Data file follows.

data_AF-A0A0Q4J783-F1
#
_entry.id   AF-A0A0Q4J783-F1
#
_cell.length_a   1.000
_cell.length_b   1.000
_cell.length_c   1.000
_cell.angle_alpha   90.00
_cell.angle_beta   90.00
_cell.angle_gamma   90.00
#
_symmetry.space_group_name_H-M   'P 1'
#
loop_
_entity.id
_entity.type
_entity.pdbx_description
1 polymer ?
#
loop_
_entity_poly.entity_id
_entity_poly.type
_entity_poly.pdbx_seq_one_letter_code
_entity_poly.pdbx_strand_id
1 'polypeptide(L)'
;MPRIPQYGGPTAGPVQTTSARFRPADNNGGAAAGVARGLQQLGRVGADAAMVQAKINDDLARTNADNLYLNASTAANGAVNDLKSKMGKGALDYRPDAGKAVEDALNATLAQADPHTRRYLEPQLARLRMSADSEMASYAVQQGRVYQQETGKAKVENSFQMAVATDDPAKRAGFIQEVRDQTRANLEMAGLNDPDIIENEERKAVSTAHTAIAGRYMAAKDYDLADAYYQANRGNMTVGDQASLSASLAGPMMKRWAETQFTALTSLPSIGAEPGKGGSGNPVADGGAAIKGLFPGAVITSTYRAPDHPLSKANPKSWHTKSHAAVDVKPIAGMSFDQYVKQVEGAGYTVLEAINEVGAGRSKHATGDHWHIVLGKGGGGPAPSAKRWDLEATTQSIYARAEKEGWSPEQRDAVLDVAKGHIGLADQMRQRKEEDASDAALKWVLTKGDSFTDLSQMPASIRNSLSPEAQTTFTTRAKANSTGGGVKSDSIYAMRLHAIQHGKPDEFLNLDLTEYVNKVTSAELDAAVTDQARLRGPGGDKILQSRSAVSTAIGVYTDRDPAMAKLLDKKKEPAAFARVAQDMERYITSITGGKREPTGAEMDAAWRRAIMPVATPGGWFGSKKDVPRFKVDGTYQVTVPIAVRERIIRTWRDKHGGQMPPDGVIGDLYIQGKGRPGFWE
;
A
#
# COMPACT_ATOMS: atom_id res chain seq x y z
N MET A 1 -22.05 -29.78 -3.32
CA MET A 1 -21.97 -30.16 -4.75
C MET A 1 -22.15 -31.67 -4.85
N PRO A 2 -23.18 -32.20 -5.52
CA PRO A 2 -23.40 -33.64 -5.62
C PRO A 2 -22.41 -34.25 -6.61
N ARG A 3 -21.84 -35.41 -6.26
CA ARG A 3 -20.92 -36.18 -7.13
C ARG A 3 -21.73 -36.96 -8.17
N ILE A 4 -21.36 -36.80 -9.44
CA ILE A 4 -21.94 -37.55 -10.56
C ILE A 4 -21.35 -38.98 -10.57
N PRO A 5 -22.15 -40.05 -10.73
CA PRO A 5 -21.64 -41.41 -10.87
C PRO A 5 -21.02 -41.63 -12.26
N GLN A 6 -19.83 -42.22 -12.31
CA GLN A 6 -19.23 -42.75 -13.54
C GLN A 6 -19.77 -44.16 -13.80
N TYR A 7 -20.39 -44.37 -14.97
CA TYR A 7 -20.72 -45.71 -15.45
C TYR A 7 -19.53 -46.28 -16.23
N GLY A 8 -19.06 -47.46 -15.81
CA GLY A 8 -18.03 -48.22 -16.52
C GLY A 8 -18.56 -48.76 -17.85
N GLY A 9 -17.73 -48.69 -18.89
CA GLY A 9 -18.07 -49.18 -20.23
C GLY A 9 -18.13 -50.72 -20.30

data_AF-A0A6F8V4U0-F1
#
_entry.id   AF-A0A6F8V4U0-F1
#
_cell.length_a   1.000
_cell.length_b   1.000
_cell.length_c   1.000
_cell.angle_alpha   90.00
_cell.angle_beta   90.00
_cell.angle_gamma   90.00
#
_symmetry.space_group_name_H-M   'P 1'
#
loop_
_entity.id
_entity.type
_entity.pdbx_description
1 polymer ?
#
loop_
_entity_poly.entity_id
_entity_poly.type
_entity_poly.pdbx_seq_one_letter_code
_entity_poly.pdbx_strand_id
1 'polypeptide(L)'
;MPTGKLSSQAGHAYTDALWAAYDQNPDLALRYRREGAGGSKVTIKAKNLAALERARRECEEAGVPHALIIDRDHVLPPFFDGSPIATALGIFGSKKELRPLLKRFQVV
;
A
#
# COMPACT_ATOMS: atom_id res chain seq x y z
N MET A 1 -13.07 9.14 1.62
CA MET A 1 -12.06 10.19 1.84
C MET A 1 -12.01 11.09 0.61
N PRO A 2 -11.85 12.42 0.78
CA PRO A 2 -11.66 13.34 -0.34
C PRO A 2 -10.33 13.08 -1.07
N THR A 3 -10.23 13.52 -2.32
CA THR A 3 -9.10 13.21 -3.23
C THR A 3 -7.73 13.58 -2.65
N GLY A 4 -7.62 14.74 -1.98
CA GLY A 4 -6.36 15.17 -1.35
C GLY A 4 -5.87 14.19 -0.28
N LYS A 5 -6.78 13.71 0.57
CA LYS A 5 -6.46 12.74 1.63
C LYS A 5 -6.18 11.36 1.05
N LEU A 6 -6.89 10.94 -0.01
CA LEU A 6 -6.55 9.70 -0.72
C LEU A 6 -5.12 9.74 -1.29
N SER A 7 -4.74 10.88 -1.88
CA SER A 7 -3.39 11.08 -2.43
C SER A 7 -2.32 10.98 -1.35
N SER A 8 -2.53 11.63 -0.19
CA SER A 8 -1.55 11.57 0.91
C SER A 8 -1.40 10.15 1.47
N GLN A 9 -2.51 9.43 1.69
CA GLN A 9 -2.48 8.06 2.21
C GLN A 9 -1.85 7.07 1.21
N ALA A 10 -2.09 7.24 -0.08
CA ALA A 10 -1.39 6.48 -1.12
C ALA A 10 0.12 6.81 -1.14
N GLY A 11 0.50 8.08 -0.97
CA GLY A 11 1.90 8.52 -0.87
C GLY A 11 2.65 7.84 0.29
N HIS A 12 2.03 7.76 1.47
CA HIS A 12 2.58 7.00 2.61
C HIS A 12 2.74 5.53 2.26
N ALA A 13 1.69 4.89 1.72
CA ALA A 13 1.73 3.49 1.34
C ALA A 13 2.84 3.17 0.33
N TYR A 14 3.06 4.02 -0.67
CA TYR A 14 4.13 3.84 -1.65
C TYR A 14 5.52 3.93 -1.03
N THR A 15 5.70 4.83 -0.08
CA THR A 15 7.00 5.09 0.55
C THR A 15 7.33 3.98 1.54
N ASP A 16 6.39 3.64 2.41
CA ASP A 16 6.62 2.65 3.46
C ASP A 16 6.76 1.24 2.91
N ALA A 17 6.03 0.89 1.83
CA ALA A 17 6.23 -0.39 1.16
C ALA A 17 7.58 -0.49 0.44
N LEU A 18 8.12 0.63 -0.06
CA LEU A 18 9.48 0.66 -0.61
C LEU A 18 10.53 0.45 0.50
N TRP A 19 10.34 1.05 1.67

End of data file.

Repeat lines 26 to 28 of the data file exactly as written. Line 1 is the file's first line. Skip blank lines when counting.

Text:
;MPRIPQYGGPTAGPVQTTSARFRPADNNGGAAAGVARGLQQLGRVGADAAMVQAKINDDLARTNADNLYLNASTAANGAVNDLKSKMGKGALDYRPDAGKAVEDALNATLAQADPHTRRYLEPQLARLRMSADSEMASYAVQQGRVYQQETGKAKVENSFQMAVATDDPAKRAGFIQEVRDQTRANLEMAGLNDPDIIENEERKAVSTAHTAIAGRYMAAKDYDLADAYYQANRGNMTVGDQASLSASLAGPMMKRWAETQFTALTSLPSIGAEPGKGGSGNPVADGGAAIKGLFPGAVITSTYRAPDHPLSKANPKSWHTKSHAAVDVKPIAGMSFDQYVKQVEGAGYTVLEAINEVGAGRSKHATGDHWHIVLGKGGGGPAPSAKRWDLEATTQSIYARAEKEGWSPEQRDAVLDVAKGHIGLADQMRQRKEEDASDAALKWVLTKGDSFTDLSQMPASIRNSLSPEAQTTFTTRAKANSTGGGVKSDSIYAMRLHAIQHGKPDEFLNLDLTEYVNKVTSAELDAAVTDQARLRGPGGDKILQSRSAVSTAIGVYTDRDPAMAKLLDKKKEPAAFARVAQDMERYITSITGGKREPTGAEMDAAWRRAIMPVATPGGWFGSKKDVPRFKVDGTYQVTVPIAVRERIIRTWRDKHGGQMPPDGVIGDLYIQGKGRPGFWE
;
A